Energy Policy in Europe: Turbulences on the Horizon
Mgr. Lukáš Harazin, prof. Ing. Bedřich Šesták, DrSc.; Mgr. Oldřich Krulík, Ph.D.. Faculty of Security Management PA Czech Republic in Prague, Department of Crisis Management
The European Union, the Russian Federation and the People’s Republic of China are the corners of an imaginary “triangle of interdependency”. The Russian Federation is to some extent dependent on earnings of its energy resources export to Europe. The European Union, even in the context of the current “Ukrainian crisis”, can not fully boycott Moscow until it finds other sources of oil or natural gas. The People’s Republic of China offers the Russian Federation “Plan B”, however it does not intend to pay world prices for the respective commodities. And also the other alternatives or actors are entering the game of today.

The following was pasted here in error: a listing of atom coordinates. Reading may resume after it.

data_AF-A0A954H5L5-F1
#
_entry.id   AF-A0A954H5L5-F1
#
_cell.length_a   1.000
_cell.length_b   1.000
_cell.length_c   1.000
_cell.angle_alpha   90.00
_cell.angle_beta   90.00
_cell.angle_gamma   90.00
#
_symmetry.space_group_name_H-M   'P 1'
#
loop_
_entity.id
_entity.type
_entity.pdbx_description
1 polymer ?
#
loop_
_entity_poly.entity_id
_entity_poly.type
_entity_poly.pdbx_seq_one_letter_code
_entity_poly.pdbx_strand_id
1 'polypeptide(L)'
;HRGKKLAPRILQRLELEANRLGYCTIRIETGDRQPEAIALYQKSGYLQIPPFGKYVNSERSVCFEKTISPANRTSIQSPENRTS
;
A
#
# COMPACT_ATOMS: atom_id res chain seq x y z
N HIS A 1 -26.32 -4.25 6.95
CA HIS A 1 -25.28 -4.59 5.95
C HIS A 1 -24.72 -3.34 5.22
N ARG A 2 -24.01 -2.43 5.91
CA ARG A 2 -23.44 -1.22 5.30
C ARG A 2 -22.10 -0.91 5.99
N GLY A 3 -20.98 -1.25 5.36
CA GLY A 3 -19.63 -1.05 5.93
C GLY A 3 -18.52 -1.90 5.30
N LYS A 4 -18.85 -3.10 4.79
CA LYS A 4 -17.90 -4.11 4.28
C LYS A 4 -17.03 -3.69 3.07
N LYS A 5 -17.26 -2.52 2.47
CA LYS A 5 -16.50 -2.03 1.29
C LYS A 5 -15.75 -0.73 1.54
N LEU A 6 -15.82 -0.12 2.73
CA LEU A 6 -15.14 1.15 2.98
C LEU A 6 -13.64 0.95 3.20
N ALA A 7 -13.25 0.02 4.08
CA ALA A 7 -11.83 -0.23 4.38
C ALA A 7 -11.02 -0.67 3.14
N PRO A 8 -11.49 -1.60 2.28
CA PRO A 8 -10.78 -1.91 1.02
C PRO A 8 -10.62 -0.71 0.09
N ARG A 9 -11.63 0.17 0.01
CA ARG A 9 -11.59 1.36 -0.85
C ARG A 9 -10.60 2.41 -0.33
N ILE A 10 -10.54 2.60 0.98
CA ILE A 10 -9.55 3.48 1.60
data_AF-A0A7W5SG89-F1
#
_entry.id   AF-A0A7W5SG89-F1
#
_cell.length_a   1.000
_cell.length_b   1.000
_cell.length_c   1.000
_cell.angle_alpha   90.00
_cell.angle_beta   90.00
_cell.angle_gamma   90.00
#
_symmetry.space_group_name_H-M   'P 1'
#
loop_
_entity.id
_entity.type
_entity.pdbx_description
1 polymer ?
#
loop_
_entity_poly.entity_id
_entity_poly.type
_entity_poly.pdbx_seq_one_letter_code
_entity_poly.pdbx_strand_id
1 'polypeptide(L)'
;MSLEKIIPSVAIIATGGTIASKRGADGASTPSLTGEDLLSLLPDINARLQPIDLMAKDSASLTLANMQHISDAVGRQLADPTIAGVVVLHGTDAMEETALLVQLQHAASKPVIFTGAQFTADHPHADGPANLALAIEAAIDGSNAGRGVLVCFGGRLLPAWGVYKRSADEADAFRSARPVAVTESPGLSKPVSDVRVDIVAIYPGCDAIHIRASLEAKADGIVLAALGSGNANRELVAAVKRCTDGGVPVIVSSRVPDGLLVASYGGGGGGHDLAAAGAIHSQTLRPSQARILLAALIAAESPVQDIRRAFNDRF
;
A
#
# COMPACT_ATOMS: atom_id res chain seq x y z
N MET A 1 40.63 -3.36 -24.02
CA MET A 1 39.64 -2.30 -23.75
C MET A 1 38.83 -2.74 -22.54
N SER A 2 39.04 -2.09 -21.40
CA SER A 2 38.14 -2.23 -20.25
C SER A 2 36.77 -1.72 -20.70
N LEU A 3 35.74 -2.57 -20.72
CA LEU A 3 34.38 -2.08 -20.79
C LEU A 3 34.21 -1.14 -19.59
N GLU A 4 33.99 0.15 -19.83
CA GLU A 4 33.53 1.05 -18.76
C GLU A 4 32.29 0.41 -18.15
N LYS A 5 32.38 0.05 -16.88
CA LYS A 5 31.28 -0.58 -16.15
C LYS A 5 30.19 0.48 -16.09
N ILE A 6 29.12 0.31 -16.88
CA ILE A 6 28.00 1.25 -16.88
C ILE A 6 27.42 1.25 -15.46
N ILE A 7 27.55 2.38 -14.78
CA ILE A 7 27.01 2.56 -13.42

Key words: Energy security, European Union, interdependence, the Russian Federation, the People’s Republic of China.